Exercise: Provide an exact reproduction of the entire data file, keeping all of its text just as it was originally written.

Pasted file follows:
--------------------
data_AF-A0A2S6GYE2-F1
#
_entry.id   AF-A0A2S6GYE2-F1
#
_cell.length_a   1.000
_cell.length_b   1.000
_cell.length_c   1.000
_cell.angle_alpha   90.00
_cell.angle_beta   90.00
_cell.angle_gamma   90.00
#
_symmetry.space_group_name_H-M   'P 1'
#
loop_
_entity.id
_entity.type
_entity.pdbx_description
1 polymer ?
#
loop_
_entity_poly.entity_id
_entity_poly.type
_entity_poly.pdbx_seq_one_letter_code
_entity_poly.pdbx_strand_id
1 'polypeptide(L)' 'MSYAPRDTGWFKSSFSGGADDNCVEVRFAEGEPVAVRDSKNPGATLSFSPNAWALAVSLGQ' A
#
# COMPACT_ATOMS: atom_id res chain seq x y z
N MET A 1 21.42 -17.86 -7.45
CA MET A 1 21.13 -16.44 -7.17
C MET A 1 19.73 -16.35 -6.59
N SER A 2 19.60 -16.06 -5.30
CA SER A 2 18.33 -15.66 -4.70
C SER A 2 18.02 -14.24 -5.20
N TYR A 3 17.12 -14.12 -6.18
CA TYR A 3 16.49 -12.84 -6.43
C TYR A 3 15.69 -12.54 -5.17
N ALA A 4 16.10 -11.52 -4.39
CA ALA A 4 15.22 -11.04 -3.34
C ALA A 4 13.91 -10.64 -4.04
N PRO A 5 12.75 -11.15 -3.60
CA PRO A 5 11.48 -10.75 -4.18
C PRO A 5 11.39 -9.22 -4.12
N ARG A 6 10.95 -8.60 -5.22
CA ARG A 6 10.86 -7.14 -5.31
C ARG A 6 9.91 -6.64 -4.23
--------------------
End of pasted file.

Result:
data_AF-A0A2S6GYE2-F1
#
_entry.id   AF-A0A2S6GYE2-F1
#
_cell.length_a   1.000
_cell.length_b   1.000
_cell.length_c   1.000
_cell.angle_alpha   90.00
_cell.angle_beta   90.00
_cell.angle_gamma   90.00
#
_symmetry.space_group_name_H-M   'P 1'
#
loop_
_entity.id
_entity.type
_entity.pdbx_description
1 polymer ?
#
loop_
_entity_poly.entity_id
_entity_poly.type
_entity_poly.pdbx_seq_one_letter_code
_entity_poly.pdbx_strand_id
1 'polypeptide(L)' 'MSYAPRDTGWFKSSFSGGADDNCVEVRFAEGEPVAVRDSKNPGATLSFSPNAWALAVSLGQ' A
#
# COMPACT_ATOMS: atom_id res chain seq x y z
N MET A 1 21.42 -17.86 -7.45
CA MET A 1 21.13 -16.44 -7.17
C MET A 1 19.73 -16.35 -6.59
N SER A 2 19.60 -16.06 -5.30
CA SER A 2 18.33 -15.66 -4.70
C SER A 2 18.02 -14.24 -5.20
N TYR A 3 17.12 -14.12 -6.18
CA TYR A 3 16.49 -12.84 -6.43
C TYR A 3 15.69 -12.54 -5.17
N ALA A 4 16.10 -11.52 -4.39
CA ALA A 4 15.22 -11.04 -3.34
C ALA A 4 13.91 -10.64 -4.04
N PRO A 5 12.75 -11.15 -3.60
CA PRO A 5 11.48 -10.75 -4.18
C PRO A 5 11.39 -9.22 -4.12
N ARG A 6 10.95 -8.60 -5.22
CA ARG A 6 10.86 -7.14 -5.31
C ARG A 6 9.91 -6.64 -4.23